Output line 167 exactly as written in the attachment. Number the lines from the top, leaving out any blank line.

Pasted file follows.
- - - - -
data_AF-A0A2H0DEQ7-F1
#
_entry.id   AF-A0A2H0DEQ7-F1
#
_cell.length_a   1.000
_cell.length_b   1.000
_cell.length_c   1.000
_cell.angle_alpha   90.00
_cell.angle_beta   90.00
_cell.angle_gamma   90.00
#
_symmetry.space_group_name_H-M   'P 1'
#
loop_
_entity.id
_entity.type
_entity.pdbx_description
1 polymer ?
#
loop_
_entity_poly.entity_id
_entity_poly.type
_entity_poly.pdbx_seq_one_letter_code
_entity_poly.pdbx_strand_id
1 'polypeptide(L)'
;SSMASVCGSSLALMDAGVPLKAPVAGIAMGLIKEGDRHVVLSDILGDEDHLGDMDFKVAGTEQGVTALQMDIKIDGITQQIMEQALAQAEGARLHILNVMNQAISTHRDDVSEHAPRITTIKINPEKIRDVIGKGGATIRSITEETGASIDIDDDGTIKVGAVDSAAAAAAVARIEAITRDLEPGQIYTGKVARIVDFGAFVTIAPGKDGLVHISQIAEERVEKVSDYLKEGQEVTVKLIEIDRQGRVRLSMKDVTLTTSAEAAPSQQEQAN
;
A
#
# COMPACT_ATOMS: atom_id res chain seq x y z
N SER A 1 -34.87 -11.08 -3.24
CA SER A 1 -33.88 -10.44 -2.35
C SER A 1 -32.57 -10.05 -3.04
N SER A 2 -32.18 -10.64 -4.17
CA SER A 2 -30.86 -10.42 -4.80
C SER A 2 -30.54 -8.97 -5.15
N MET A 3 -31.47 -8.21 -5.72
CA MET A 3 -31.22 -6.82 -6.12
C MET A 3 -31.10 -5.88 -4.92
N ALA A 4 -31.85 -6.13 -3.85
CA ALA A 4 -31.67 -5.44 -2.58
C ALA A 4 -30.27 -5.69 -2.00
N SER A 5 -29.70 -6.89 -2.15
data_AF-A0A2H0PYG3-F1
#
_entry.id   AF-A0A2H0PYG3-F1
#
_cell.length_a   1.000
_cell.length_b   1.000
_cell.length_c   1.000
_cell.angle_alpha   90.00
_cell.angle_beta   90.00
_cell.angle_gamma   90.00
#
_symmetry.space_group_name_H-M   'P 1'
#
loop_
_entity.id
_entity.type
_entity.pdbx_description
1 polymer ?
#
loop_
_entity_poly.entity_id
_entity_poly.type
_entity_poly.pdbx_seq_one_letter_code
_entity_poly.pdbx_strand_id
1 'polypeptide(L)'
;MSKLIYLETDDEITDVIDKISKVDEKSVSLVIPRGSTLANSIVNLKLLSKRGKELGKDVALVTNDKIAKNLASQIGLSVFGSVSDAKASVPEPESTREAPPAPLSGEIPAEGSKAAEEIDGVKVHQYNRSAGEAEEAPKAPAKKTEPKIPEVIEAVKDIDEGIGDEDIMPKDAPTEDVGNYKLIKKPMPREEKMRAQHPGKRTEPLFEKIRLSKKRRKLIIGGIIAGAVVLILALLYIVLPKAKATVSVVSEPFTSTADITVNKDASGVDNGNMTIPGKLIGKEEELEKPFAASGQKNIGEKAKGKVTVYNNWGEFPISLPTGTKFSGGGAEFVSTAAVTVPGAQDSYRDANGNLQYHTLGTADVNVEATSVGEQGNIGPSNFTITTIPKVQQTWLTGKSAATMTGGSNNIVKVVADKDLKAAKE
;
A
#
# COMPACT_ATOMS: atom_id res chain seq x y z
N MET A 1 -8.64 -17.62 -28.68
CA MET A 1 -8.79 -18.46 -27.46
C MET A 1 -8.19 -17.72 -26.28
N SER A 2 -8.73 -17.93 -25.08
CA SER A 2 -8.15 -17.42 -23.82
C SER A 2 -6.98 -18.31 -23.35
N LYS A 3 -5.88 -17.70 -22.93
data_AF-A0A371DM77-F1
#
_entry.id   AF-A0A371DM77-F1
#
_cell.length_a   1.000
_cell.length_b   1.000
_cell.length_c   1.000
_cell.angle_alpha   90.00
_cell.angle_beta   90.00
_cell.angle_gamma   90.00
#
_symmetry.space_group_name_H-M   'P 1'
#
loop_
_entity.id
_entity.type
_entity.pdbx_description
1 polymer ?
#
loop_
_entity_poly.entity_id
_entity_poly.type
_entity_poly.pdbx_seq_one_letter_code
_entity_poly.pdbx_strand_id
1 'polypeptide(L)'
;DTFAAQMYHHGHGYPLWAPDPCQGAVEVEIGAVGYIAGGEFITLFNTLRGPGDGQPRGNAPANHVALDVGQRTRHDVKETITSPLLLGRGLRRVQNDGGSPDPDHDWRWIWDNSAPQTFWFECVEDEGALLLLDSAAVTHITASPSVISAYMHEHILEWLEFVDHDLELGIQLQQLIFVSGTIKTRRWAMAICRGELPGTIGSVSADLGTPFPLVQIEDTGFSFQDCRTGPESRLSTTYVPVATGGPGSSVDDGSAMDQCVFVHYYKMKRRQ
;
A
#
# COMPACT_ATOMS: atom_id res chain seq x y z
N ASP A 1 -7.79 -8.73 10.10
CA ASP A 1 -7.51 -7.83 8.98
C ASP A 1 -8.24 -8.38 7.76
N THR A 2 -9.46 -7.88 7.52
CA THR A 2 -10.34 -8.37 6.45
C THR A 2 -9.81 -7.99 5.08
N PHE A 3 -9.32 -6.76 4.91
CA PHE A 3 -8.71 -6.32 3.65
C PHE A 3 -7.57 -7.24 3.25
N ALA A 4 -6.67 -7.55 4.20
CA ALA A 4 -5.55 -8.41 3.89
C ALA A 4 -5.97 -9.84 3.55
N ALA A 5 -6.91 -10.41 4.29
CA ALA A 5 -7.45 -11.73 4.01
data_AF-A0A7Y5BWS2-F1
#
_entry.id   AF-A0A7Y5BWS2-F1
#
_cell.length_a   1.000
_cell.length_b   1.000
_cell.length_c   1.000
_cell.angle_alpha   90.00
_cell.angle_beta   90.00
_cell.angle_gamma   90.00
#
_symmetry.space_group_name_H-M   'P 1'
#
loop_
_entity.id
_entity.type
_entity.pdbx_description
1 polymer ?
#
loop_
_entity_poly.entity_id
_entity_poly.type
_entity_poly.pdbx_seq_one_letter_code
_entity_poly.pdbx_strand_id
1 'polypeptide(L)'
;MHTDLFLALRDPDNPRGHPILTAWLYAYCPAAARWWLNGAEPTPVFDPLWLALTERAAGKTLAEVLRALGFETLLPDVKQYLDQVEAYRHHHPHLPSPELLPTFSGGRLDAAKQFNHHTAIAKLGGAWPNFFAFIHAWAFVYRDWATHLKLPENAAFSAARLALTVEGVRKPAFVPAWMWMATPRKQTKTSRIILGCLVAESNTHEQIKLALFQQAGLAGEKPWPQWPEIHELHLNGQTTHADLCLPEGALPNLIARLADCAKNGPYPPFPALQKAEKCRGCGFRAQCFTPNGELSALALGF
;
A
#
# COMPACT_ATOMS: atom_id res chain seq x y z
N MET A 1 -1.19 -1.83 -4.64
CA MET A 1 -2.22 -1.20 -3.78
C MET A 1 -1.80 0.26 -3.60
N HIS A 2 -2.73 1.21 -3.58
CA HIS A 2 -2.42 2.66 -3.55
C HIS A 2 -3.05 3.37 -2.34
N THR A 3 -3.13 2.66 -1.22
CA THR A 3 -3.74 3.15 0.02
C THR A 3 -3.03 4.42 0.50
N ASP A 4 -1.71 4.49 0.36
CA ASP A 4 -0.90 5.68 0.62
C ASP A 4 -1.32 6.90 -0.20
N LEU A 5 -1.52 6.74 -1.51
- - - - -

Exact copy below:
N LEU A 5 -1.52 6.74 -1.51